Ward Room
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Duckworth Has 14-Point Lead Over Walsh

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    NEWSLETTERS

    Tammy Duckworth has a big lead over Rep. Joe Walsh, according a new survey from Public Policy Polling.

    Duckworth is ahead of Walsh, 52 percent to 38 percent in their 8th Congressional District race. The poll also reveals what an effective job House Speaker Michael Madigan did in redrawing the district to elect a Democrat. In 2008, 53 percent of the survey respondents voted for Barack Obama, while only 39 percent voted for John McCain. This year, 53 percent plan to vote for Obama, while 40 percent plan to vote for Mitt Romney. Those numbers are so close to the Walsh-Duckworth results that it’s obvious the congressman never had a chance in this new district. That’s why the National Journal named Walsh the most vulnerable incumbent in Congress.

    Of course, Walsh’s behavior in office is also an issue. Only 35 percent of voters approve of his job performance, and 48 percent say they want to see a new congressman elected. It’s hard to say how much of that is motivated by partisanship, and how much by Walsh’s controversies, such as the child support dispute with his ex-wife, and his criticism of Duckworth for running on her military record.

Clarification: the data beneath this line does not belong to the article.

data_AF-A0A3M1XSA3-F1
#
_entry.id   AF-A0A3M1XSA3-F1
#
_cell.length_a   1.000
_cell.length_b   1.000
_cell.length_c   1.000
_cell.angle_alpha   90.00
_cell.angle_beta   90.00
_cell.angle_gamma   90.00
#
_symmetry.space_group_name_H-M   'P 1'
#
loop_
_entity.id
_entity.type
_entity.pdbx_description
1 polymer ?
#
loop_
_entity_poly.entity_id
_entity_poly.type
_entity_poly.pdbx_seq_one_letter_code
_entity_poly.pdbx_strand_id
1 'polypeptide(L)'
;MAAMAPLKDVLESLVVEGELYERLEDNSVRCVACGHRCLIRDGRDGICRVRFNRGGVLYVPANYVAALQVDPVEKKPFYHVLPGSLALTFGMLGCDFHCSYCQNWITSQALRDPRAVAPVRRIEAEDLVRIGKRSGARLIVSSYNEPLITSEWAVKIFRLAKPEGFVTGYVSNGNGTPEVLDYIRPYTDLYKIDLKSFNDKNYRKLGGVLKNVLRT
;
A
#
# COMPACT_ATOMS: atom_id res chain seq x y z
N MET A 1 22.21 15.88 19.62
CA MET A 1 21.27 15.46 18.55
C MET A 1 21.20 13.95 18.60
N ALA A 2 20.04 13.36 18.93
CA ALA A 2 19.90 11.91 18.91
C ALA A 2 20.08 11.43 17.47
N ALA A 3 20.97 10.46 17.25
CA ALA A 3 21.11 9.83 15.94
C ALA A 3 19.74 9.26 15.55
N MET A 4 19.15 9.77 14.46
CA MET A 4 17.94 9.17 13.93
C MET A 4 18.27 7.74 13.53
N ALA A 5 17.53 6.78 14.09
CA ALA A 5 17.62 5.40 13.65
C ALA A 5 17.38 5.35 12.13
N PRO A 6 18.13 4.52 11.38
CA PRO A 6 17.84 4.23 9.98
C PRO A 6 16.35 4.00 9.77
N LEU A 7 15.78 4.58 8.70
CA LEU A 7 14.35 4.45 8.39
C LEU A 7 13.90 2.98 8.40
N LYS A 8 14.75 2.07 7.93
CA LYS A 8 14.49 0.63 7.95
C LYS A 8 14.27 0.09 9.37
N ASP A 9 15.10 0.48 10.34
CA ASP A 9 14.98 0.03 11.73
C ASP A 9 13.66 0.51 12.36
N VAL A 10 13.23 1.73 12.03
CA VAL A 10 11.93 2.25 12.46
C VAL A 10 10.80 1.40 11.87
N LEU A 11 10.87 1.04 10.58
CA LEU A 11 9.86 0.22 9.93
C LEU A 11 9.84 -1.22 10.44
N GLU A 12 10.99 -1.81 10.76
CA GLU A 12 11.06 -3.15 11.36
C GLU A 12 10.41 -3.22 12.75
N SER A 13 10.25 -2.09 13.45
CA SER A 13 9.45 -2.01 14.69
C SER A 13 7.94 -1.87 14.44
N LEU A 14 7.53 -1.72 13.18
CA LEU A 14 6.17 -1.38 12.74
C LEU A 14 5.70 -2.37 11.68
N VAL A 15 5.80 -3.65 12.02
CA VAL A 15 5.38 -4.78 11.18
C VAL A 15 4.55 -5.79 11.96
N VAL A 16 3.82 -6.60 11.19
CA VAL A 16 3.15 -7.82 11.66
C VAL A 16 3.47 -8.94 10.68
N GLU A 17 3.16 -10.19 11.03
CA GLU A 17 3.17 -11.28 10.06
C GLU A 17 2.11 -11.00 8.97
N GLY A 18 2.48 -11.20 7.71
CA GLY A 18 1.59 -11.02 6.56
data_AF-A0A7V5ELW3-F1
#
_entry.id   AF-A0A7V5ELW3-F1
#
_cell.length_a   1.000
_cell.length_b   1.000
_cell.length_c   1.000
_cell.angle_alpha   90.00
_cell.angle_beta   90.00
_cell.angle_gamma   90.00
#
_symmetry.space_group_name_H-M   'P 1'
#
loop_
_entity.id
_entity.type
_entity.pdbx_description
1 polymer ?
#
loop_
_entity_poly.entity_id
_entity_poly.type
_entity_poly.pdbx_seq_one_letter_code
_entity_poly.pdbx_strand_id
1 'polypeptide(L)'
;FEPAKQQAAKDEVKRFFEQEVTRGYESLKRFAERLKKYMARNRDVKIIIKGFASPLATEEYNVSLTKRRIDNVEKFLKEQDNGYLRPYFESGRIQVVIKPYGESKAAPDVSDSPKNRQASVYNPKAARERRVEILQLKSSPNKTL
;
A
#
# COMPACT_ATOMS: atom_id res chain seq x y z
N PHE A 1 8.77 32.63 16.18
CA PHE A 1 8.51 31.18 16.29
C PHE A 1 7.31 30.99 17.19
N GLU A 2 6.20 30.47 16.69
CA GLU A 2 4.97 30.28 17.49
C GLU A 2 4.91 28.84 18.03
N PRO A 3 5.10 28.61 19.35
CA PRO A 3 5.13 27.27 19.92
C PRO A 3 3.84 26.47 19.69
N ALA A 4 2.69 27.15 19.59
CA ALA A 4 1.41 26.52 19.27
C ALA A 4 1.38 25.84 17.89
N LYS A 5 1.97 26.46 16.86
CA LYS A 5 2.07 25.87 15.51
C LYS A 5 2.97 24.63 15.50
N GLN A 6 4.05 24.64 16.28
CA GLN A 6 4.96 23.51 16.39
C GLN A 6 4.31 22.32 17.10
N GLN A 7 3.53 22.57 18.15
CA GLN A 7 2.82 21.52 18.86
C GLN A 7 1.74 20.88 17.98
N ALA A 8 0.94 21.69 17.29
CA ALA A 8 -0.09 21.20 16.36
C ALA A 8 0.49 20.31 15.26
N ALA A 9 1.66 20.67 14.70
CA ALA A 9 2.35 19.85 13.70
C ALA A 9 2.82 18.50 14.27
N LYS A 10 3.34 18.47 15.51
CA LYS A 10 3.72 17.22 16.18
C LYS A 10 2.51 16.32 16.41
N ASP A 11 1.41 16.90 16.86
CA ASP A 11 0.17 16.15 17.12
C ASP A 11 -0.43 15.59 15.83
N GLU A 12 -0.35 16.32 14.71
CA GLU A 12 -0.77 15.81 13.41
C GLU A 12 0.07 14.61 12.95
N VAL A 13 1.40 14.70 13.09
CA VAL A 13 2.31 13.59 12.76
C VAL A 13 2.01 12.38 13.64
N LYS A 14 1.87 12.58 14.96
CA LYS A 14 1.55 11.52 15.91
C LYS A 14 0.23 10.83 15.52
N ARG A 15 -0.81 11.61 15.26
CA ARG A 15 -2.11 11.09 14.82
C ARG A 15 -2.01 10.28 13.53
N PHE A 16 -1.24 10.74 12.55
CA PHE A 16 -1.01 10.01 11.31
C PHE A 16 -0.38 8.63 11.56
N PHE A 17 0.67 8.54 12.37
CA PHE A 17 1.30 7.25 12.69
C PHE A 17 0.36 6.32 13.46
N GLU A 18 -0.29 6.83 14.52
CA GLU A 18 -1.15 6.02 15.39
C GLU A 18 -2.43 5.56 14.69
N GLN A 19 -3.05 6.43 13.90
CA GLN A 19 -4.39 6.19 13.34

The day after the poll came out, The Hill reported that the National Republican Congressional Committee has abandoned Walsh by refusing to buy him TV ads:

    The National Republican Congressional Committee (NRCC) has no airtime reserved for three of its most vulnerable incumbents, a sign it might think Reps. Joe Walsh (R-Ill.), Frank Guinta (R-N.H.) and Roscoe Bartlett (R-Md.) are beyond saving at this point.

    It looks as though Walsh will be able to keep his promise to serve no more than three terms in Congress. 

     This month, Ward Room blogger Edward McClelland’s Young Mr. Obama: Chicago and the Making of a Black President will be available on Kindle for $9.99. Tracing Obama’s career in Chicago from his arrival as a community organizer to his election to the U.S. Senate, Young Mr. Obama tells the story of how a callow, presumptuous young man became a master politician, and of why only Chicago could have produced our first black president.